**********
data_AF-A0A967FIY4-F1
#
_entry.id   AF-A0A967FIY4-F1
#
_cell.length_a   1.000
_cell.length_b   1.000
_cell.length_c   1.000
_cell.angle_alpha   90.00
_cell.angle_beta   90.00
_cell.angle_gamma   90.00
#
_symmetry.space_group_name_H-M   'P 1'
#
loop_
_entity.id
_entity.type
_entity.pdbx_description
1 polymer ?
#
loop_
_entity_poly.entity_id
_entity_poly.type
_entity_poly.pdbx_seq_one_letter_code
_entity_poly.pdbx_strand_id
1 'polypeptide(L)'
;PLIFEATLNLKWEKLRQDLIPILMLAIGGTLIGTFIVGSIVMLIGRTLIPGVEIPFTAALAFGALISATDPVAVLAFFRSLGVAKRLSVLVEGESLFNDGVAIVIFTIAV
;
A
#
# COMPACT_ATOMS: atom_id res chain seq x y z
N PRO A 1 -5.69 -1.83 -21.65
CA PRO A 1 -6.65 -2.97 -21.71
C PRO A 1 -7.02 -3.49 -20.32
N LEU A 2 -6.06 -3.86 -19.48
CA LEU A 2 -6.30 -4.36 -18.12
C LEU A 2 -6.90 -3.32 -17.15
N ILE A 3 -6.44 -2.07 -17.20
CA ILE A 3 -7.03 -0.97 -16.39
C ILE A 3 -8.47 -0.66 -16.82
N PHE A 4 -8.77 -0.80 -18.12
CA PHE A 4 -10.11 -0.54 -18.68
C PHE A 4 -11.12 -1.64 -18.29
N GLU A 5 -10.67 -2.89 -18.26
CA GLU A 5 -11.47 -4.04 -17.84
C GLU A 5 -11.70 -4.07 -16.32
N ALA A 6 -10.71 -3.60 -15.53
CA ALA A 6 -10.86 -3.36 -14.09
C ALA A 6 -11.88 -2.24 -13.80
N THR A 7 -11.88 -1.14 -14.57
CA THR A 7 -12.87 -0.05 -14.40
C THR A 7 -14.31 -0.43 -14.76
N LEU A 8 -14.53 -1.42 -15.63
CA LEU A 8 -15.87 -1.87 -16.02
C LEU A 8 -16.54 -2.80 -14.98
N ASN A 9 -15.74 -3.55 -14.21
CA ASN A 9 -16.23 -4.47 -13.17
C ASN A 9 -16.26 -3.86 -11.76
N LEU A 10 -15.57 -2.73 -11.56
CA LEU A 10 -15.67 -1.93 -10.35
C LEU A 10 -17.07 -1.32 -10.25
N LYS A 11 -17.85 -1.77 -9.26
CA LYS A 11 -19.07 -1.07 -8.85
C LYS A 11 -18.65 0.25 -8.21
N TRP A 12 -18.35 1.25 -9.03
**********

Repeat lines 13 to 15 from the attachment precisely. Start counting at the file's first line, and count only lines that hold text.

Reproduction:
#
loop_
_entity.id